2015 has not started as well as hoped. Activity data have disappointed in Q1 and business confidence has deteriorated. The IIF again revised down its global forecast and now projects growth of 2.8%, unchanged from 2014. We still peg 2015 as a year of divergence, but the rotations implied by these divergences, such as a pick-up in growth in oil importing countries, are materializing only slowly. Looking ahead, momentum should increase during the course of the year and into 2016, when annual growth should rise to 3.3%. However, risks remain tilted to the downside.
This paper provides a concise summary of the vast literature on the drivers of capital flows to emerging markets. The importance of different drivers varies across different kinds of capital flows (Figure 1). External "push" factors like U.S. interest rates and global risk aversion matter most for portfolio flows. By contrast, domestic "pull" factors like growth and country risk are most important for banking flows.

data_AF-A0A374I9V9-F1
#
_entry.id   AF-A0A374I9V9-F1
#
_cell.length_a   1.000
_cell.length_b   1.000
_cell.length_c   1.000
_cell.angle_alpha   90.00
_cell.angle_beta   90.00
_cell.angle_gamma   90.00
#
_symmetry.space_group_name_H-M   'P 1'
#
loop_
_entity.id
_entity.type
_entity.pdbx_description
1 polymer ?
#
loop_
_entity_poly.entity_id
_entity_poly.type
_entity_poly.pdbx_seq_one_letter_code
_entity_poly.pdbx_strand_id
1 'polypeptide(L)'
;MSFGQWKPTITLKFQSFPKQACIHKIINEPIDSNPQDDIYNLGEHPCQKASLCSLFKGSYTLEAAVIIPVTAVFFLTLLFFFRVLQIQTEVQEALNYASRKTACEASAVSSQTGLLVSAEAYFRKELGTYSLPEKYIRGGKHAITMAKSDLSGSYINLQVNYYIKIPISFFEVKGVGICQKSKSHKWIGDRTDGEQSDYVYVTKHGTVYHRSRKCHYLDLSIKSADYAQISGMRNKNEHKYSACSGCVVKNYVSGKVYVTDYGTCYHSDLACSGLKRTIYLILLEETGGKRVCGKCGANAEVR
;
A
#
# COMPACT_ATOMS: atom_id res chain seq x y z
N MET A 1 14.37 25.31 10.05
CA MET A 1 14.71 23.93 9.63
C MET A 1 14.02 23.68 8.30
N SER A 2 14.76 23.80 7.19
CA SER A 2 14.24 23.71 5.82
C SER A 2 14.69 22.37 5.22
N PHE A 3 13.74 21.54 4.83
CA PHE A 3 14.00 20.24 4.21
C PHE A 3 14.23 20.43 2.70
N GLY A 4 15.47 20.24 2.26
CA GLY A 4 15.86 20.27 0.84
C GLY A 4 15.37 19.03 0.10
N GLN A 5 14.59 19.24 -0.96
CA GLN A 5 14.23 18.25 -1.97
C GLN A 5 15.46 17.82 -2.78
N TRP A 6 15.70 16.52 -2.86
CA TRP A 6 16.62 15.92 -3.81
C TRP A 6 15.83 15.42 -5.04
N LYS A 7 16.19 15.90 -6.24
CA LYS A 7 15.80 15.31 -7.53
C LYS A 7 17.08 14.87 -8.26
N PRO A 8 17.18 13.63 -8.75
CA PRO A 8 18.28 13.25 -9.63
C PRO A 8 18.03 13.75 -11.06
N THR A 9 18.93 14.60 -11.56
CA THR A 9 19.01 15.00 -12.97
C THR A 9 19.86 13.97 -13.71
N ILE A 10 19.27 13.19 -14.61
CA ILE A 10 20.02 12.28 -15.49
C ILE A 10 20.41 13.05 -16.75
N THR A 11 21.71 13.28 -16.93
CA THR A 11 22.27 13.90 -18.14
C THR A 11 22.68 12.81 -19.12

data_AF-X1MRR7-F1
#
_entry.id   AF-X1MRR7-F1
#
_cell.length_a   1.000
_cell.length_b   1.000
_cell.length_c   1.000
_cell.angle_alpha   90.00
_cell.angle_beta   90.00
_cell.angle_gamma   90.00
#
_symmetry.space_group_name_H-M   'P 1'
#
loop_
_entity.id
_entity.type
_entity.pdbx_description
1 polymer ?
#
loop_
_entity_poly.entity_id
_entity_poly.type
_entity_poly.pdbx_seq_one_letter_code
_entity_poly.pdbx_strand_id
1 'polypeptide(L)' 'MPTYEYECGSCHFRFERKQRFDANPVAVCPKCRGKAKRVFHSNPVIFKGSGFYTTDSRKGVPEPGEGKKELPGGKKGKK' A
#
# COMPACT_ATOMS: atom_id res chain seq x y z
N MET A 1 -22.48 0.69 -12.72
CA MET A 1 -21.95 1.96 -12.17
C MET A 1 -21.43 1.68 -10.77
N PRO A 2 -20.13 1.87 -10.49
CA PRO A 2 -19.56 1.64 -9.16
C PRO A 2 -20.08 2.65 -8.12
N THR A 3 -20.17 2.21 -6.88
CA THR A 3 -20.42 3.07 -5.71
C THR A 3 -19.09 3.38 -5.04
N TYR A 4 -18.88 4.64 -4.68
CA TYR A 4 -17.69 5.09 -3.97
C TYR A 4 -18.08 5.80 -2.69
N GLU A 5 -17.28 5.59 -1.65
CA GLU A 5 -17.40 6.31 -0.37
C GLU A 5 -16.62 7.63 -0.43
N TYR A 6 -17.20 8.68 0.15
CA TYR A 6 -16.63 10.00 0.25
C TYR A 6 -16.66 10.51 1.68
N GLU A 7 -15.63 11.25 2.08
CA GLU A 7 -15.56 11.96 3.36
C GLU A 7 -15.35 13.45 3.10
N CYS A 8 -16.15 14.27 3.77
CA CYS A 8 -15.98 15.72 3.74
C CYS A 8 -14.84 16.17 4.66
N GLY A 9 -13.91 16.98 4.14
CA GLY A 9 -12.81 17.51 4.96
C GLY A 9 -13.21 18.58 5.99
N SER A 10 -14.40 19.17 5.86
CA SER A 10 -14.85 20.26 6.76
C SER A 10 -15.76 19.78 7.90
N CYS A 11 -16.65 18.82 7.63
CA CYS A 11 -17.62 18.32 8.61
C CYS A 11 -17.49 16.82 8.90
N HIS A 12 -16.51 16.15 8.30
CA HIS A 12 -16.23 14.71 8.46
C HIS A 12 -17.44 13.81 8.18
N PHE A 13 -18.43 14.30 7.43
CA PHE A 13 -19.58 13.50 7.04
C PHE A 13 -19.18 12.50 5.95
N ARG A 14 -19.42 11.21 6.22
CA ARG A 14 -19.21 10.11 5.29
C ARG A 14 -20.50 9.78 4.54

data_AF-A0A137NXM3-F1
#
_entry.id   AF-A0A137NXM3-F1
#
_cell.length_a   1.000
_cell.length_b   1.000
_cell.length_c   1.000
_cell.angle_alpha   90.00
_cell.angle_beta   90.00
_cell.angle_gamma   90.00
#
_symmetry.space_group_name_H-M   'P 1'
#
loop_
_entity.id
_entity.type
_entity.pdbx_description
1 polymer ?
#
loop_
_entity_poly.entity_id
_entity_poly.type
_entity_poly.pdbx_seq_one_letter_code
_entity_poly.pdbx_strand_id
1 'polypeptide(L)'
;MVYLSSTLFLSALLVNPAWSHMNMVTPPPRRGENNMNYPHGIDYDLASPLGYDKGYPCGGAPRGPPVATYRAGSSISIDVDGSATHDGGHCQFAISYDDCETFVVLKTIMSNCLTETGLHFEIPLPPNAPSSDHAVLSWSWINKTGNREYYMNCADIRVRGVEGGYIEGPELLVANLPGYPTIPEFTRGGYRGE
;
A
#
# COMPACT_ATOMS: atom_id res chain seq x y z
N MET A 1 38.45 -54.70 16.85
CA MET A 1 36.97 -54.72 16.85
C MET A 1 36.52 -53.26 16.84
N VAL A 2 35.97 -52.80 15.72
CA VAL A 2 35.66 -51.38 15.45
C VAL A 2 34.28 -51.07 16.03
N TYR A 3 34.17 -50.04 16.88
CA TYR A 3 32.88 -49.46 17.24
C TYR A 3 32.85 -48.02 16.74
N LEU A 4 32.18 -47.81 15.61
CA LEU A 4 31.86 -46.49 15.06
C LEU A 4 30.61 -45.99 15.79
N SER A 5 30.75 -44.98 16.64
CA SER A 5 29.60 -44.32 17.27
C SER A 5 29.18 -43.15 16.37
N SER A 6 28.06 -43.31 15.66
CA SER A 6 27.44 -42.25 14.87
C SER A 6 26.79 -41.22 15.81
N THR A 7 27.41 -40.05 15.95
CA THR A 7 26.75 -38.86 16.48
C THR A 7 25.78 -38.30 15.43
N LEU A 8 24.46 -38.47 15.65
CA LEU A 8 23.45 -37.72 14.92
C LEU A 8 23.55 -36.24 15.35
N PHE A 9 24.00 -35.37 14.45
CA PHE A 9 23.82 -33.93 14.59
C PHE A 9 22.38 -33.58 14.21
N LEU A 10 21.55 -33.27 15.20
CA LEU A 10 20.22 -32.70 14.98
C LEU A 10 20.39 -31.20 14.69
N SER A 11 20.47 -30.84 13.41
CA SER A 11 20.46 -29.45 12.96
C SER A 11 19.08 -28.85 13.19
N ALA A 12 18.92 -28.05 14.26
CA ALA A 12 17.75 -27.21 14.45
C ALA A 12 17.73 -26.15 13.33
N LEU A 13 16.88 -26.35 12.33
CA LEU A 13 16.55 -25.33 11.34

On April 17, the IIF Senior Accounting Group (SAG) submitted its response letter on the IASB’s proposal to amend IAS 7. The proposal aims to address investors’ need to better understand an entity’s period-on-period movements in debt and of any liquidity restrictions that affect an entity’s ability to deploy its resources. While the IIF SAG agrees that these issues are also critical for the banking industry, the current proposal raises a number of concerns that are developed in the attached letter.